Maine ships were sinking faster than they were being built a century ago. “A net reduction of 8,000 tons in Maine’s vessel fleet occurred the past 12 months because of the failure of the shipbuilding yards of the state to keep pace with the marine casualties, which involved property losses of nearly $1,000,000,” explained the Bangor Daily Commercial on Dec. 13, 1909 on the front page.
The greatest disaster had been the loss of the Maine Steamship Co.’s Horatio Hall in a collision with the H.F. Dimock in Pollock Rip Slue (off Cape Cod) on March 11. The next-heaviest loser had been J.S. Winslow & Co. of Portland, which lost four of its vessels. One of them, the four-master Alice Clark, bound from Newport News to Bangor with a load of coal, struck a ledge in Penobscot Bay. Companies based in Thomaston lost three large vessels. The only Maine wreck in which lives were lost was that of a four-masted schooner out of Bath, the William C. Tanner, which disappeared with a crew of nine on a voyage from Massachusetts to Key West with a cargo of stone.
Even the launching of the schooner Wyoming in Bath two days after this newspaper story appeared could not make up the difference, said the Bangor Daily News on Dec. 18. At 3,800 tons and six masts, the Wyoming was described as the largest wooden sailing vessel in the world.
These events had major implications for Bangor, which still transacted much of its commerce on the Penobscot River. In fact, more lumber was shipped from Bangor and more coal received on the river than the year before, the Bangor Daily News reported on Dec. 4. This was despite growing competition from railroads (with 92 new miles of road built in Maine in 1909), as well as the Bangor & Aroostook’s new seaports at Stockton Springs and Searsport.
Besides many tons of coal, the 1,166 vessels that came up the river to the Queen City between April 2, 1908, and Dec. 3, 1909, brought many other products. They included water pipe, kerosene, gasoline and naphtha, bricks, lime, white lead, sand and gravel, paper, cement, powder and dynamite, lumber, iron, phosphate, pitch, salt, oil, rope, wagon fellies and shafts, putty, vinegar, whiting and zinc, paint, cod fish, barrels, coke, sulfur, borax, turpentine, clay, wheelbarrows, harnesses, axle grease, cans, hoops, knees, blue stone, brimstone, fly and harness oil, hoof and soap oil, shellac, boxes, mackerel, stone, tongues and sounds, cartridges and guns, chicken and hen feed, soap, charcoal, steel, baskets and cans. So reported the harbor master John C. Wilson in the Commercial on Dec. 28.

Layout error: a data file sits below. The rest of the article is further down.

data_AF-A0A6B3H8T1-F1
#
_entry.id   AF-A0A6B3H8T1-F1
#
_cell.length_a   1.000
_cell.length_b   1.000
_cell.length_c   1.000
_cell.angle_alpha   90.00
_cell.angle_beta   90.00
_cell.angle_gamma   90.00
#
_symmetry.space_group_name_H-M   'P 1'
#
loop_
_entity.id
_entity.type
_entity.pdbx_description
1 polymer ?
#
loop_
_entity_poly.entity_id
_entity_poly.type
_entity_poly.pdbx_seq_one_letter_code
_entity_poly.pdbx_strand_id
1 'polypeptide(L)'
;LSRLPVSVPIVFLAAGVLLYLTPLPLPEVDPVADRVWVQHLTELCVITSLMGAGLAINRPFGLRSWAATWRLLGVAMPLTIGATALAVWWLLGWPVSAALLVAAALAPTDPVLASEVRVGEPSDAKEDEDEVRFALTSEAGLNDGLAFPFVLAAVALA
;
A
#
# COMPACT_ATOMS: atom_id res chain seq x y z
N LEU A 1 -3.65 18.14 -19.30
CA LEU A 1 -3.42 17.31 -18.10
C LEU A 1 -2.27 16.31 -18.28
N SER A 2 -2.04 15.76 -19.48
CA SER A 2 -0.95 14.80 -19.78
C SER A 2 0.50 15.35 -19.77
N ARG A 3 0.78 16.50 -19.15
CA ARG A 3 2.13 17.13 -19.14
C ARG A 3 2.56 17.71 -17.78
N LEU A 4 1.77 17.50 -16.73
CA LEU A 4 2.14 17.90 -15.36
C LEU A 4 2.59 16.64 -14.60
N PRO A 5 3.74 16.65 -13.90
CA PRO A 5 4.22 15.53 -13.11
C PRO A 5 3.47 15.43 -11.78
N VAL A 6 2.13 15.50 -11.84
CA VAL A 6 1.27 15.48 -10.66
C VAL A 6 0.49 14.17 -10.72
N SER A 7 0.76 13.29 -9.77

The Kenduskeag Stream was still a busy thoroughfare as well. F.H. Sylvester, who ran the drawbridge allowing vessels into the stream, reported an increase in traffic. One hundred twelve vessels had entered to serve businesses along Broad and Exchange streets. “Most of the schooners entering the Kenduskeag are small two-masters …,” reported Drawtender Sylvester in the Commercial on Dec. 1. “There have been but two three-masters in the stream this year, and several of the 112 vessels were single stickers, fishing boats or small lumber scoots.” The award for the most entries went to the William H. Jewell, which made 15 trips through the draw taking lime to R.D. Dunning & Co., a cement and lime dealer.
Despite this little uptick in Bangor’s seafaring economy, change was in the wind. The old ways were making way for who-knew-what. The Bangor Daily News had mournfully marked the changes occurring in an almost heretical editorial that past summer on Aug. 16. Shipbuilding and shipping were far from its only concerns. The lack of big mills and factories was another one.
“Take away the mill at Morse & Co. from Bangor and the Eastern Manufacturing company from South Brewer, and the working people of Bangor would feel very lonesome. Of course, there are scores of other manufacturing plants that are very useful — foundries, saw and grist mills, stone and marble yards, shops where clothing and many useful articles are made, but remains the sad fact that Bangor is sadly deficient in manufacturing industries. With no woolen mill this side of Old Town or Newport, with no cotton mill this side of Waterville, with no shoe factory worthy the name this side of Augusta, with no cheese factory within a radius of 10 miles, with no canning establishment this side of Winterport … these are our conditions.
“Where now are our shipyards that once adorned every cove from Bangor to Camden and beyond? Where be our multitudinous brickyards that sent their flaring smoke heavenward day and night for all summer? What has become of our convenient ice houses … What has become of our kindling wood mill, our factory for making steel ball bearings and calks for river drivers to wear? Where are the stockyards that were to be erected in Brewer and supplied with hardy cattle from the blueberry plains of Washington County …?” the editorial writer continued. “Cannot we do something to set the tide to flowing in the opposite direction.”
That was the mood among some Bangoreans a century ago as the old economy declined and a new one evolved that would boost population and wealth in the decades ahead. But who knew what was coming at the time?
An illustrated collection of Wayne E. Reilly’s columns titled “Remembering Bangor: The Queen City Before the Great Fire” is available at bookstores. Comments about this column can be sent to him at firstname.lastname@example.org.